Utah Jazz Summer League addition Thomas Wilder embraces 'underdog' role in new situation

Utah Jazz Summer League addition Thomas Wilder embraces 'underdog' role in new situation

SALT LAKE CITY — Thomas Wilder watched, listened and waited with his phone by his side at an apartment in Kalamazoo, Michigan.

His cousin was with him, but not a large group of supporters.

Sixty names were called during the NBA draft on June 21 in Brooklyn, but none were his.

As soon as the drafted ended, though, his agent Jamar Smiley was the first to call him with an opportunity. The Utah Jazz had extended an offer to play on the summer league teams in Salt Lake City and Las Vegas.

“Yeah, let’s do it,” Wilder told Smiley.

Three days after the draft, he arrived at the Little America Hotel in Utah to begin his NBA journey.

But just four years earlier, the Montgomery, Illinois, native only held a single offer to Western Michigan University, coming out of Quakerdale Prep in Iowa.

After constantly being overlooked — despite finishing his career behind David Kool as WMU’s second all-time leading scorer with 2,040 points — he’s attempting to leave his mark in Utah with this chance as an undrafted player.

“I still have that chip for sure,” Wilder said. “I feel like it’s probably gotten bigger since people were saying ‘I wouldn’t be good enough to play in the NBA’ and I know how hard I worked, how much work I put in, so that just made me even more hungry.

“I definitely feel like I’m an underdog and even if I get to the level where I’m not the underdog, I’ll still feel like I’m the underdog, so I always put that hashtag when I make a tweet or something because that’s how I feel.”

Wilder didn’t enter the game during Utah’s 92-76 victory to open the Utah Jazz Summer League at Vivint Arena on Monday, but saw action in Game 2 against the Memphis Grizzlies Tuesday. With Utah’s 21st overall pick Grayson Allen resting, Wilder chipped in four points off the bench in 13 minutes as the Jazz fell to the Grizzlies, 95-92, despite clawing back from a 26-point deficit.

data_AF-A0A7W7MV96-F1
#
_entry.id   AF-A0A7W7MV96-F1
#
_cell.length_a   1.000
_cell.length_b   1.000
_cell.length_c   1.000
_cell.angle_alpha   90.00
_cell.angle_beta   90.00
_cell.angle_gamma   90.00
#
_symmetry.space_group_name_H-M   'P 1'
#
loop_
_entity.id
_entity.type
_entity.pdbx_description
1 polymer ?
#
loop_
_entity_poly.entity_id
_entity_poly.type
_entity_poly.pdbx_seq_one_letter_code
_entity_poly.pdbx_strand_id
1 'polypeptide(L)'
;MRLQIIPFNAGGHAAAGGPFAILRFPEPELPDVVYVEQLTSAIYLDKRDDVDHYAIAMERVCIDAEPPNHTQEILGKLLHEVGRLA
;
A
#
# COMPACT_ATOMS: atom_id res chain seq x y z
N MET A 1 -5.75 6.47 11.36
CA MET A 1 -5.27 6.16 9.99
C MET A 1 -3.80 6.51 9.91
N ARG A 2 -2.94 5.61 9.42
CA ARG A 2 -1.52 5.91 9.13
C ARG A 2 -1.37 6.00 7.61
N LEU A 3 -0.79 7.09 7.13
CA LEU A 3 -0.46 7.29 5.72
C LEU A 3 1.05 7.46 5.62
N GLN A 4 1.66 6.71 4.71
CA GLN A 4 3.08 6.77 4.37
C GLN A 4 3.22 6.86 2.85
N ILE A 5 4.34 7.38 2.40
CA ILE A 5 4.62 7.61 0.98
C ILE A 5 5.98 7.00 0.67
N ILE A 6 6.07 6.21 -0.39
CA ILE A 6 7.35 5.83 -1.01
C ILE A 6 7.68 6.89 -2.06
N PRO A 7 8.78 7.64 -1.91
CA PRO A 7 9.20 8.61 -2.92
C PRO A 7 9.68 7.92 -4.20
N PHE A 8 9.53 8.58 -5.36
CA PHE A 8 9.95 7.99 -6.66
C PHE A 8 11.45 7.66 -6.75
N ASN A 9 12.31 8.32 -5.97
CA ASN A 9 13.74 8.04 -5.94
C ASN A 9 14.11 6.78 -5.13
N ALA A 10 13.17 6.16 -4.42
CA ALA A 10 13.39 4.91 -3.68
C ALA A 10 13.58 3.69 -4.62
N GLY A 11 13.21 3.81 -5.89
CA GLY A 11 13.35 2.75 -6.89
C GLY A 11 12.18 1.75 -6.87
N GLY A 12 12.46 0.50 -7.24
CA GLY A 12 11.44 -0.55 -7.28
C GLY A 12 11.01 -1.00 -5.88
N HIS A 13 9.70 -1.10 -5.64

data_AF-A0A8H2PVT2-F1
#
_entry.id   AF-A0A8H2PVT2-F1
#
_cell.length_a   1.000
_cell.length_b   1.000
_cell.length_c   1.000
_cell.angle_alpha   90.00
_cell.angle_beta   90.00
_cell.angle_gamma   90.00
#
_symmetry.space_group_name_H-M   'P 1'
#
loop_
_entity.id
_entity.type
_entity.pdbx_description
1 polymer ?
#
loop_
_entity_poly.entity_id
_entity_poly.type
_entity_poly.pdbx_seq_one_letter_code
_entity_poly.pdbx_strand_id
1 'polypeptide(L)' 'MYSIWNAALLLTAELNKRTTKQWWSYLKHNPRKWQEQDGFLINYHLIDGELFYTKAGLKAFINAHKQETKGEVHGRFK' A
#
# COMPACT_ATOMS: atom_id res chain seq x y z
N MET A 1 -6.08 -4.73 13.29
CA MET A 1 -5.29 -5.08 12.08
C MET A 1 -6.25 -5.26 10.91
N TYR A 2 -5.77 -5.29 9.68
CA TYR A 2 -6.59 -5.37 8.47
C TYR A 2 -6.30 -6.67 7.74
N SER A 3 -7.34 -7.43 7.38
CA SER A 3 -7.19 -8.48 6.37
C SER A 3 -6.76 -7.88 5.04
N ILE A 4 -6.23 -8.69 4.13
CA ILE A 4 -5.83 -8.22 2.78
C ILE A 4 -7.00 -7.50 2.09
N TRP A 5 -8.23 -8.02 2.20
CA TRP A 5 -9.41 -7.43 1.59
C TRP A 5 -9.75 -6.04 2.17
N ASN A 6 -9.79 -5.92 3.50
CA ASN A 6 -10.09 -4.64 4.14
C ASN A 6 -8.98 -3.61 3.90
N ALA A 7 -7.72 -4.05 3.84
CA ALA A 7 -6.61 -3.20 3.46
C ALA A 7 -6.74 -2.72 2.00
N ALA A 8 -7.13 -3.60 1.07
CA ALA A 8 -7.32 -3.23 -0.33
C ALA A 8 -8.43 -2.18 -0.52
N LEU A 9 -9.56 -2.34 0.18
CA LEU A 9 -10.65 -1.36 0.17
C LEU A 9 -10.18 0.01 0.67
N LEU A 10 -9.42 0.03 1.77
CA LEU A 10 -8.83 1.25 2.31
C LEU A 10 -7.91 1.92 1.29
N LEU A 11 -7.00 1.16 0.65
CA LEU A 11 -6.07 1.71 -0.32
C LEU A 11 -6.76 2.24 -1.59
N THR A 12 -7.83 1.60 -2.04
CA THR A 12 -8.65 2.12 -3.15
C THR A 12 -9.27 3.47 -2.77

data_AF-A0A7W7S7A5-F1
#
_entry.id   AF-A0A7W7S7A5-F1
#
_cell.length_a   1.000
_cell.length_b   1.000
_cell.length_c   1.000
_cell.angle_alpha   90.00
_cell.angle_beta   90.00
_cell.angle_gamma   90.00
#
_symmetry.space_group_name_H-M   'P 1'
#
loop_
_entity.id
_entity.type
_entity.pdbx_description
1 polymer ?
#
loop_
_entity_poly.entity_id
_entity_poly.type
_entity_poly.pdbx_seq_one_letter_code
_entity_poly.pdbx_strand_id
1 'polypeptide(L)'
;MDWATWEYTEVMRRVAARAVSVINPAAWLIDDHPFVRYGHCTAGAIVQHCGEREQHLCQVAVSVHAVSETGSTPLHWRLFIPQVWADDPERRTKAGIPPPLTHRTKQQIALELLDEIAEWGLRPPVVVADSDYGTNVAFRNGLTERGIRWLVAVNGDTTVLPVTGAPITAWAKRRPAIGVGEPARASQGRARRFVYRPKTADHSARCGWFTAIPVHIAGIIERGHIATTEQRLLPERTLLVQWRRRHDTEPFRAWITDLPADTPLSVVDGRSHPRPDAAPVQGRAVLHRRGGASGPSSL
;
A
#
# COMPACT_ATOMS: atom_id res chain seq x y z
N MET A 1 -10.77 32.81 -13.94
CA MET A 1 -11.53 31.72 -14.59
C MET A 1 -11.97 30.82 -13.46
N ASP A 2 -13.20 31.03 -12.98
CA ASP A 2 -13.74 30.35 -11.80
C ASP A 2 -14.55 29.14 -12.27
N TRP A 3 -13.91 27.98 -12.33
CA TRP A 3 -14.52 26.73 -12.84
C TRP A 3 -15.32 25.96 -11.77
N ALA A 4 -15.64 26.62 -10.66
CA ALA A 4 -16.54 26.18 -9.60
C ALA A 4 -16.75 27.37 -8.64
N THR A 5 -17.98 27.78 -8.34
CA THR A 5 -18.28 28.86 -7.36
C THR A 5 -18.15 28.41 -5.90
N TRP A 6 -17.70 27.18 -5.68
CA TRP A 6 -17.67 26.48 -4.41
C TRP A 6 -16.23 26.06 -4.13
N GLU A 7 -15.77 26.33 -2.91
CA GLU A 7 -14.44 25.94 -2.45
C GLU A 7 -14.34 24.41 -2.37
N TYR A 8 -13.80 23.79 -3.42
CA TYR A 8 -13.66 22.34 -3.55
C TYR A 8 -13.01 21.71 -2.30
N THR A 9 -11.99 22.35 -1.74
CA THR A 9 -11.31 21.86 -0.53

Naz Mitrou-Long led the way for the Jazz with 19 points, eight assists and six rebounds. Tony Bradley and Georges Niang both added 18 points apiece while Niang hauled in 10 boards and Bradley grabbed 14 rebounds.

The Jazz will close out the local summer league with a 7 p.m. matchup against the Atlanta Hawks on Thursday, July 5, before heading to the NBA Summer League in Sin City from July 6-17.

Wilder’s alma mater, WMU, is known more for football than hoops but recently produced an NBA player in Shayne Whittington, who had a two-year stint with the Indiana Pacers from 2014-16. Whittington has offered advice to Wilder throughout the pre-draft process and spent the past season in Russia.

Actors Tim Allen and Terry Crews, late ESPN/ABC journalist John Saunders, ESPN columnist LZ Granderson and football players Greg Jennings, Louis Delmas and Corey Davis are other notable alumni from the school.

WMU coach Steve Hawkins has faith in Wilder to stick on the professional level.

“He’s been an underdog his whole life, so this is another opportunity for him,” Hawkins said. “And I know he’ll attack it like he’s attacked everything else, but he didn’t have anything coming out of high school, and then he went to prep school and we were his only Division I offer out of prep school, so he came with us.”

Wilder is certainly a longshot as a guard to make the final roster in Utah after its second-round playoff run, but he has done things to impress the coaching staff during this short period.

With his background of making the most out of just one Division I scholarship, it’s already an accomplishment to come from a Mid-American Conference program to get his foot in the door of the National Basketball Association, but that’s not enough for him.

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“I think we’ve got a bunch of younger guards here that are all trying to figure it out on the fly, but Thomas has been one of the guys, he’s got quickness, he’s got burst, he can play at different speeds and he’s been able to get into the paint, which are the things we want to see,” said Jazz Summer League coach Mike Wells. “And then, we always talk about playing with our eyes out so we can get to the rim and get threes and stuff, and he’s been able to get to the paint for us.”

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Published at Wed, 04 Jul 2018 04:48:00 +0000